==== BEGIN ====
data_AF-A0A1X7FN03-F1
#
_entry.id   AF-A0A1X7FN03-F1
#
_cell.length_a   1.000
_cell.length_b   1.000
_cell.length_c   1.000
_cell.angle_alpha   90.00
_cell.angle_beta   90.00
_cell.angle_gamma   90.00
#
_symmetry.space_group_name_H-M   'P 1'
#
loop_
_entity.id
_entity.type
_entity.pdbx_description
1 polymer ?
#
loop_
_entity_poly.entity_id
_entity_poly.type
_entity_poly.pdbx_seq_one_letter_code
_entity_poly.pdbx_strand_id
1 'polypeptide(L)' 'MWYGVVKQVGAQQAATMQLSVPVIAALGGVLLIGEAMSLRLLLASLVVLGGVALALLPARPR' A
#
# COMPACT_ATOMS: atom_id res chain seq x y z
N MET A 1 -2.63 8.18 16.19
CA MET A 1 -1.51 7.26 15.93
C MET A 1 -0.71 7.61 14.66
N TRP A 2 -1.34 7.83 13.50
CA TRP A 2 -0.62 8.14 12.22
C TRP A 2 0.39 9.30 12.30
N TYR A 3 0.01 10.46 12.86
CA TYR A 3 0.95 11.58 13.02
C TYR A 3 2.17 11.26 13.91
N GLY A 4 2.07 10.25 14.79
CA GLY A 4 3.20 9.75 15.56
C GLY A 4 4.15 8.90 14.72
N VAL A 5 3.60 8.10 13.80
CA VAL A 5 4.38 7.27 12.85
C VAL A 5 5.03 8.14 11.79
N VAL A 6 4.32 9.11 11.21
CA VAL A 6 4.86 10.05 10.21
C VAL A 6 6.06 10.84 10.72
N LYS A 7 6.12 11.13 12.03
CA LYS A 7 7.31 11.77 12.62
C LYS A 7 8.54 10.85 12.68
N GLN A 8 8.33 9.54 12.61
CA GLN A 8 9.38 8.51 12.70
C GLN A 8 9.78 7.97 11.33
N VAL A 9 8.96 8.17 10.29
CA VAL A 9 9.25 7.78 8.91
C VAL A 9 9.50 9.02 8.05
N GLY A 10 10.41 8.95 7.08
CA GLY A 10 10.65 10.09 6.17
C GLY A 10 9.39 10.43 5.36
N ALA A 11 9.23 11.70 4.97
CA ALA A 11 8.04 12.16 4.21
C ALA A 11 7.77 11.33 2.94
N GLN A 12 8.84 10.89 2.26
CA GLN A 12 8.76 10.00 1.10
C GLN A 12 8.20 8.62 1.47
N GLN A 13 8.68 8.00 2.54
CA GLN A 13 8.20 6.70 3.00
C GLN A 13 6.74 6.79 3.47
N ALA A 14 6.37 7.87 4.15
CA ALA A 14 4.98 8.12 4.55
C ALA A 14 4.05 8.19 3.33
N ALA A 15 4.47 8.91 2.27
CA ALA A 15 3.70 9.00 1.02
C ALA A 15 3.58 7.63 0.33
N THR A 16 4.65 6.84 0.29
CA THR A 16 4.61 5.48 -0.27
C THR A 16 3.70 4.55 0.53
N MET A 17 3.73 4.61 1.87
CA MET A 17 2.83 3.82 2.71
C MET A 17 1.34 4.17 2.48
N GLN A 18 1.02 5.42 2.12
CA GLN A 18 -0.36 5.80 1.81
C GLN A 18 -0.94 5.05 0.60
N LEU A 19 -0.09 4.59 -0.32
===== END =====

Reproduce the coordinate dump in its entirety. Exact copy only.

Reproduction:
data_AF-A0A1X7FN03-F1
#
_entry.id   AF-A0A1X7FN03-F1
#
_cell.length_a   1.000
_cell.length_b   1.000
_cell.length_c   1.000
_cell.angle_alpha   90.00
_cell.angle_beta   90.00
_cell.angle_gamma   90.00
#
_symmetry.space_group_name_H-M   'P 1'
#
loop_
_entity.id
_entity.type
_entity.pdbx_description
1 polymer ?
#
loop_
_entity_poly.entity_id
_entity_poly.type
_entity_poly.pdbx_seq_one_letter_code
_entity_poly.pdbx_strand_id
1 'polypeptide(L)' 'MWYGVVKQVGAQQAATMQLSVPVIAALGGVLLIGEAMSLRLLLASLVVLGGVALALLPARPR' A
#
# COMPACT_ATOMS: atom_id res chain seq x y z
N MET A 1 -2.63 8.18 16.19
CA MET A 1 -1.51 7.26 15.93
C MET A 1 -0.71 7.61 14.66
N TRP A 2 -1.34 7.83 13.50
CA TRP A 2 -0.62 8.14 12.22
C TRP A 2 0.39 9.30 12.30
N TYR A 3 0.01 10.46 12.86
CA TYR A 3 0.95 11.58 13.02
C TYR A 3 2.17 11.26 13.91
N GLY A 4 2.07 10.25 14.79
CA GLY A 4 3.20 9.75 15.56
C GLY A 4 4.15 8.90 14.72
N VAL A 5 3.60 8.10 13.80
CA VAL A 5 4.38 7.27 12.85
C VAL A 5 5.03 8.14 11.79
N VAL A 6 4.32 9.11 11.21
CA VAL A 6 4.86 10.05 10.21
C VAL A 6 6.06 10.84 10.72
N LYS A 7 6.12 11.13 12.03
CA LYS A 7 7.31 11.77 12.62
C LYS A 7 8.54 10.85 12.68
N GLN A 8 8.33 9.54 12.61
CA GLN A 8 9.38 8.51 12.70
C GLN A 8 9.78 7.97 11.33
N VAL A 9 8.96 8.17 10.29
CA VAL A 9 9.25 7.78 8.91
C VAL A 9 9.50 9.02 8.05
N GLY A 10 10.41 8.95 7.08
CA GLY A 10 10.65 10.09 6.17
C GLY A 10 9.39 10.43 5.36
N ALA A 11 9.23 11.70 4.97
CA ALA A 11 8.04 12.16 4.21
C ALA A 11 7.77 11.33 2.94
N GLN A 12 8.84 10.89 2.26
CA GLN A 12 8.76 10.00 1.10
C GLN A 12 8.20 8.62 1.47
N GLN A 13 8.68 8.00 2.54
CA GLN A 13 8.20 6.70 3.00
C GLN A 13 6.74 6.79 3.47
N ALA A 14 6.37 7.87 4.15
CA ALA A 14 4.98 8.12 4.55
C ALA A 14 4.05 8.19 3.33
N ALA A 15 4.47 8.91 2.27
CA ALA A 15 3.70 9.00 1.02
C ALA A 15 3.58 7.63 0.33
N THR A 16 4.65 6.84 0.29
CA THR A 16 4.61 5.48 -0.27
C THR A 16 3.70 4.55 0.53
N MET A 17 3.73 4.61 1.87
CA MET A 17 2.83 3.82 2.71
C MET A 17 1.34 4.17 2.48
N GLN A 18 1.02 5.42 2.12
CA GLN A 18 -0.36 5.80 1.81
C GLN A 18 -0.94 5.05 0.60
N LEU A 19 -0.09 4.59 -0.32